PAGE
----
July 27, 2011
San Francisco’s Pier 70 has for decades been lined with derelict and rundown warehouses, a blatant reminder of the city’s industrial past and a makeover is well overdue.
In light of the much-needed reconstruction of Pier 70, earlier this year, the port of San Francisco announced that it has selected developers, Forest City Enterprises, to embark on designing and re-constructing the former shipbuilding site.
Four different companies, including the architectural resources Group, Evan Rose, the California subsidiary of Cleveland-based Forest City and Forest City Enterprises, competed to be given the opportunity to redesign a site that is brimming with potential to be something outstanding.
Talking about the 25-acre former shipbuilding facility, Gabriel Metcalf, executive director of SPUR, an urban think-tank in San Francisco said:
“It’s a really extraordinary site but also an incredibly difficult site. It’s very exciting to have a serious proposal, developer, and process moving forward on this one.”
It has been reported that Forest City will present an official proposal for the actual redevelopment in early 2012, but that the architectural enterprise is dedicated to providing a vision of an “innovation cluster that combines high-quality office space with diverse and inspiring public amenities for the broader San Francisco community.”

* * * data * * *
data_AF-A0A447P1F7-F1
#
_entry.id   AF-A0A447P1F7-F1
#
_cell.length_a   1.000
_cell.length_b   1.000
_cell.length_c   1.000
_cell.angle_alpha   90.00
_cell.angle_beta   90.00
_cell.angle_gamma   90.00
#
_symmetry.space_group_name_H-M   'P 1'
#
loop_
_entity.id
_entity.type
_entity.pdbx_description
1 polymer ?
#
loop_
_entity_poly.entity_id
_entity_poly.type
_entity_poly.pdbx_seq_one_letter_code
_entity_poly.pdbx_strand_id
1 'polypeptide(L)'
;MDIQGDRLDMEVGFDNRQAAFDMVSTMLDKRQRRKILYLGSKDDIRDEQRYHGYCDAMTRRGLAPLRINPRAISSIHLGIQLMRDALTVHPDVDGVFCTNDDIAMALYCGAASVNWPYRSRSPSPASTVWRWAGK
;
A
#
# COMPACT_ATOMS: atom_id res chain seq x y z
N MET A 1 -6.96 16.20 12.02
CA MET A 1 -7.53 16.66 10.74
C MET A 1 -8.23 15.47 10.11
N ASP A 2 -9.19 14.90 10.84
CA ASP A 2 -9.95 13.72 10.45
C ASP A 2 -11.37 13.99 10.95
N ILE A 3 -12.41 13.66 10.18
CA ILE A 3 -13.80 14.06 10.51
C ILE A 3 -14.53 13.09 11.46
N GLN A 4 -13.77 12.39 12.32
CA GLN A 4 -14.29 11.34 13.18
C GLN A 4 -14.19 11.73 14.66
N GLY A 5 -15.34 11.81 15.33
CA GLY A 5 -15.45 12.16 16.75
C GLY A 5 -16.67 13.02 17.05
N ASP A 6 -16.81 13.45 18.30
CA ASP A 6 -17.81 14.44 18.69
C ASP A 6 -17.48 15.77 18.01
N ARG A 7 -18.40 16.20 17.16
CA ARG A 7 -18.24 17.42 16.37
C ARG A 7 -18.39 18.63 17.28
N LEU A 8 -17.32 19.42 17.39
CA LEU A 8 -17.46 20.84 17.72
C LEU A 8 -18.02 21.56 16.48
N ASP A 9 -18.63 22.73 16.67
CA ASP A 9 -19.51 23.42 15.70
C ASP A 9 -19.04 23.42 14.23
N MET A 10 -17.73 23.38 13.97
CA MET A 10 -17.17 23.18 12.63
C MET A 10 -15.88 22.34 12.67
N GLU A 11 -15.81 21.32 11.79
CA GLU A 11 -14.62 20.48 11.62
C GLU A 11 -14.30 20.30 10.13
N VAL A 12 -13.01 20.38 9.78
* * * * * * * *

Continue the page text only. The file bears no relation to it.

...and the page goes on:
It is within the plans for the redevelopment that the Pier 70 site would attract a cosmopolitan blend of businesses, including high-tech companies as well as artist’s studios.
Pier 70 is one of the largest ship repair yards on the west coast and the oldest operating civilian shipyard in the United States.
Redeveloping this huge waterfront location, which boasts numerous historic buildings, will be a huge challenge for everyone involved, but, when accomplished, promises to a multinational, multicultural and modern representation of the city of San Francisco.